To facilitate an understanding of a selectable snooze option in accordance with example embodiments, example event reminder windows shown in FIGS. 4-7 will presently be described. Turning now to FIG. 4, this figure shows an example user interface screen 400 that includes a calendar event dialog window 404 that is in the foreground of the screen 400. It will be understood that the dialog window 404 of the illustrated example was generated in response to the release of a calendar event reminder from an event reminders queue maintained by the event reminders thread 406 that has been described previously in this disclosure. The dialog window 404 shows particulars 408 of the calendar event reminder, which includes a number of the possible details for calendar event reminders that were described previously in this disclosure. It is contemplated that the displayed particulars could include more or fewer details than those of the illustrated particulars 408. One skilled in the art will appreciate that while the event reminders thread 406 can initiate generation of the dialog window 404, in some implementations, the reminders thread 406 may not be able to obtain the particulars 408 independently, but instead obtains them through interaction with the calendar application 56.

The dialog window 404 also presents the device user with three selectable options 412, 416 and 420, which are “Open”, “Dismiss” and “Snooze (10 min.)”. In at least one example, the device user can, in response to being prompted to take action, rotate the scrollwheel 32 b in either direction x or y, causing selection symbol 430 to move through the options 412, 416 and 420 until it is positioned on the option intended to be selected. (Navigation through the selectable options by means of some other input component(s) such as, for example, arrow keys or a Tab key is also contemplated.)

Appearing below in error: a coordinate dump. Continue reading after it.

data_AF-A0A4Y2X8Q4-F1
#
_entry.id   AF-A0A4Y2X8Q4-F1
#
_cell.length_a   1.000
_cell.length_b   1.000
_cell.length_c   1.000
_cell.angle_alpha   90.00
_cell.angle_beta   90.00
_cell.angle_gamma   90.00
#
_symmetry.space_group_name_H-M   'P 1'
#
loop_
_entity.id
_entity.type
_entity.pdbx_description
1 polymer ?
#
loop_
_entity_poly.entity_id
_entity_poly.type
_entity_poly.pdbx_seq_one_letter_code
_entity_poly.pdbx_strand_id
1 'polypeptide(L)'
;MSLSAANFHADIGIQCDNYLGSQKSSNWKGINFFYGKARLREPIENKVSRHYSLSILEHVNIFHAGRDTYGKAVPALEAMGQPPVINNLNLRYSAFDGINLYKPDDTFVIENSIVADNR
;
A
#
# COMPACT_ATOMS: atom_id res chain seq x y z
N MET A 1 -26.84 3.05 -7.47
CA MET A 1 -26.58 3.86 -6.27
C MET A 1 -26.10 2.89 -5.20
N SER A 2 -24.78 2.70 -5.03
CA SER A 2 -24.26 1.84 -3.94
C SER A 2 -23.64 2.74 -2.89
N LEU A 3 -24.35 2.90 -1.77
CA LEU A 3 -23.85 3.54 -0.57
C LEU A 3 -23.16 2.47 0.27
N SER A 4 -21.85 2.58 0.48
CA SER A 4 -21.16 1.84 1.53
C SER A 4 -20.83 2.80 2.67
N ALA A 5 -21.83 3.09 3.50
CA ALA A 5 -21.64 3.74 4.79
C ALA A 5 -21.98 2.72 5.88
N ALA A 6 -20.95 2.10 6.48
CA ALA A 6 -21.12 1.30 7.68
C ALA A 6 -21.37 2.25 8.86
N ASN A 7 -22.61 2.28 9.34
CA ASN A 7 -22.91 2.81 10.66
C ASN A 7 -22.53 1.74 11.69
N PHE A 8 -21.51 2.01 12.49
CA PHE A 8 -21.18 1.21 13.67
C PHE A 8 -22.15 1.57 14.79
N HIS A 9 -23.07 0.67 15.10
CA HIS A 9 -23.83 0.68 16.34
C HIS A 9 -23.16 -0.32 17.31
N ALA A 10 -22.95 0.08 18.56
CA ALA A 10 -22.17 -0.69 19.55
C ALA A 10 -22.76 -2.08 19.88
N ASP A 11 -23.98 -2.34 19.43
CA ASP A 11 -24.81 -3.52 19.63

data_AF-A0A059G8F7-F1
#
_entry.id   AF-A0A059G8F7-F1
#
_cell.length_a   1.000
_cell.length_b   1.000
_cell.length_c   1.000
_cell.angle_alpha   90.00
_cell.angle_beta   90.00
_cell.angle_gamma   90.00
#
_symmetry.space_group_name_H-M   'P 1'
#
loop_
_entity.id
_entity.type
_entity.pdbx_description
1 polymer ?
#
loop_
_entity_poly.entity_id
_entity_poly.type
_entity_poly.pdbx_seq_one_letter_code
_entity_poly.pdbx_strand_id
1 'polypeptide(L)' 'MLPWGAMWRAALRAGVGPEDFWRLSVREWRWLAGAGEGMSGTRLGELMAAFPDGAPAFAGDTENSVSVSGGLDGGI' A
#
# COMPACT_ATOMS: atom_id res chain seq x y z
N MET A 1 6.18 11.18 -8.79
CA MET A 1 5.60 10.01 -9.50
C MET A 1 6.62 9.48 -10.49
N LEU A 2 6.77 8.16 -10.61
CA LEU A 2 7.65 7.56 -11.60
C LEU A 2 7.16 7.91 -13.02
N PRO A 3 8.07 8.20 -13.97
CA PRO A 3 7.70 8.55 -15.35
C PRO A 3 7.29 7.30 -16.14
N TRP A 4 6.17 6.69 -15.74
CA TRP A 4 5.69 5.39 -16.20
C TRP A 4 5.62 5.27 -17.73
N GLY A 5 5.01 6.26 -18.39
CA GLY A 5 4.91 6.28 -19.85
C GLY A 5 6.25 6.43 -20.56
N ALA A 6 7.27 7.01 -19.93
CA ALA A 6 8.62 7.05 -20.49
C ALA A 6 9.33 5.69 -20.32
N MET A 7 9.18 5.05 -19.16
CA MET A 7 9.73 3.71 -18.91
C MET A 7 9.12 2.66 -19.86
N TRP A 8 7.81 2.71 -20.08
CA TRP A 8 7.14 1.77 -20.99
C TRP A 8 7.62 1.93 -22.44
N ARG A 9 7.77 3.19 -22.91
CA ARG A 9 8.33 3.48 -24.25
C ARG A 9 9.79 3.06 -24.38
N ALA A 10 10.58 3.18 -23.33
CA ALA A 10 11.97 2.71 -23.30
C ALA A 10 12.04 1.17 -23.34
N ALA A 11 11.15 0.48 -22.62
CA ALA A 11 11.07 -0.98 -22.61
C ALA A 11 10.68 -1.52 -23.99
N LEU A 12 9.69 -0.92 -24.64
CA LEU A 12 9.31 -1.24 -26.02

In the illustrated example, the device user has navigated the selection symbol 430 onto the option 420, and by so doing the device user can snooze the calendar event reminder simply by, for example, depressing the scrollwheel 32 b or depressing the Enter key on the keyboard 32 a. Once this is done, the dialog window 404 will be cleared from the screen 400; however the event reminder has been rescheduled rather than dismissed, so ten minutes later when the calendar event reminder is re-released from the event reminders queue maintained by the event reminders thread 406, another dialog window 504 will appear in response as shown in FIG. 5.

As was the case for the dialog window 404, the dialog window 504 is in the foreground of user interface screen 500. Also like the dialog window 404, the dialog window 504 shows the particulars 408 of the calendar event reminder; however it is contemplated that the particulars need not be exactly the same as those shown previously. For example, in addition to the three redisplayed lines there could be an additional line stating “already snoozed once”.